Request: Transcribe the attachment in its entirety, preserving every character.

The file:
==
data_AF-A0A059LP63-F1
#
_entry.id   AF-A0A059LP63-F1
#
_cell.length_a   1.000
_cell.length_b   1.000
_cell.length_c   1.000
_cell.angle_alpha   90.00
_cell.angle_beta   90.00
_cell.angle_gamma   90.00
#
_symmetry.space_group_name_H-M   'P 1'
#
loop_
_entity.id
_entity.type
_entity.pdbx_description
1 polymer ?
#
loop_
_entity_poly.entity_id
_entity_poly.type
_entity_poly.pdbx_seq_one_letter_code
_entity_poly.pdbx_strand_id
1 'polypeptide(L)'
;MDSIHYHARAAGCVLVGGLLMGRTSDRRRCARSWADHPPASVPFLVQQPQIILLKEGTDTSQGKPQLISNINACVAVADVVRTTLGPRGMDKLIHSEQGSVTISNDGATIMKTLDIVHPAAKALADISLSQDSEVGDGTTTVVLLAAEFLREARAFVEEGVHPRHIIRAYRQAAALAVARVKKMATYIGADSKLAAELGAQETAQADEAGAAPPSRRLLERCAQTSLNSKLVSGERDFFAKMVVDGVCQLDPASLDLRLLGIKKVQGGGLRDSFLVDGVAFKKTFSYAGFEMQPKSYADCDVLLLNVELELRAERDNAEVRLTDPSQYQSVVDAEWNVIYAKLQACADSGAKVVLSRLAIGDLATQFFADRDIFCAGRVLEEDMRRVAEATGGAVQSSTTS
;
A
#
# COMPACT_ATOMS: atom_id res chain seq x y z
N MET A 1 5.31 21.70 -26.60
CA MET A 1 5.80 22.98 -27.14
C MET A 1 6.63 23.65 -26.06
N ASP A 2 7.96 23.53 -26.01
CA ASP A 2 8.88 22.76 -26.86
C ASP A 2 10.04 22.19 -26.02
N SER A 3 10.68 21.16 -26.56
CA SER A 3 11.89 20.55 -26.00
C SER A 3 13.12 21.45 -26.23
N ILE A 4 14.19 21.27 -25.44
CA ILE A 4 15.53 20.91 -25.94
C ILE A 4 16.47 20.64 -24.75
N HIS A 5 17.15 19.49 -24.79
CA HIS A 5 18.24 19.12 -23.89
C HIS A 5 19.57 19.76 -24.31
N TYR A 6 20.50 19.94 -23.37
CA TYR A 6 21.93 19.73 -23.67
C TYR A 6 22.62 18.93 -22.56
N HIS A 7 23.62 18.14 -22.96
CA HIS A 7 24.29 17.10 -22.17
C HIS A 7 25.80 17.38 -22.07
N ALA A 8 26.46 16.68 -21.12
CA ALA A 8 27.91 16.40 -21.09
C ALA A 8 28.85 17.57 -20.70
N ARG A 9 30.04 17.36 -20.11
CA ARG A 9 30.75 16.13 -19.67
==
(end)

data_AF-A0A059LP63-F1
#
_entry.id   AF-A0A059LP63-F1
#
_cell.length_a   1.000
_cell.length_b   1.000
_cell.length_c   1.000
_cell.angle_alpha   90.00
_cell.angle_beta   90.00
_cell.angle_gamma   90.00
#
_symmetry.space_group_name_H-M   'P 1'
#
loop_
_entity.id
_entity.type
_entity.pdbx_description
1 polymer ?
#
loop_
_entity_poly.entity_id
_entity_poly.type
_entity_poly.pdbx_seq_one_letter_code
_entity_poly.pdbx_strand_id
1 'polypeptide(L)'
;MDSIHYHARAAGCVLVGGLLMGRTSDRRRCARSWADHPPASVPFLVQQPQIILLKEGTDTSQGKPQLISNINACVAVADVVRTTLGPRGMDKLIHSEQGSVTISNDGATIMKTLDIVHPAAKALADISLSQDSEVGDGTTTVVLLAAEFLREARAFVEEGVHPRHIIRAYRQAAALAVARVKKMATYIGADSKLAAELGAQETAQADEAGAAPPSRRLLERCAQTSLNSKLVSGERDFFAKMVVDGVCQLDPASLDLRLLGIKKVQGGGLRDSFLVDGVAFKKTFSYAGFEMQPKSYADCDVLLLNVELELRAERDNAEVRLTDPSQYQSVVDAEWNVIYAKLQACADSGAKVVLSRLAIGDLATQFFADRDIFCAGRVLEEDMRRVAEATGGAVQSSTTS
;
A
#
# COMPACT_ATOMS: atom_id res chain seq x y z
N MET A 1 5.31 21.70 -26.60
CA MET A 1 5.80 22.98 -27.14
C MET A 1 6.63 23.65 -26.06
N ASP A 2 7.96 23.53 -26.01
CA ASP A 2 8.88 22.76 -26.86
C ASP A 2 10.04 22.19 -26.02
N SER A 3 10.68 21.16 -26.56
CA SER A 3 11.89 20.55 -26.00
C SER A 3 13.12 21.45 -26.23
N ILE A 4 14.19 21.27 -25.44
CA ILE A 4 15.53 20.91 -25.94
C ILE A 4 16.47 20.64 -24.75
N HIS A 5 17.15 19.49 -24.79
CA HIS A 5 18.24 19.12 -23.89
C HIS A 5 19.57 19.76 -24.31
N TYR A 6 20.50 19.94 -23.37
CA TYR A 6 21.93 19.73 -23.67
C TYR A 6 22.62 18.93 -22.56
N HIS A 7 23.62 18.14 -22.96
CA HIS A 7 24.29 17.10 -22.17
C HIS A 7 25.80 17.38 -22.07
N ALA A 8 26.46 16.68 -21.12
CA ALA A 8 27.91 16.40 -21.09
C ALA A 8 28.85 17.57 -20.70
N ARG A 9 30.04 17.36 -20.11
CA ARG A 9 30.75 16.13 -19.67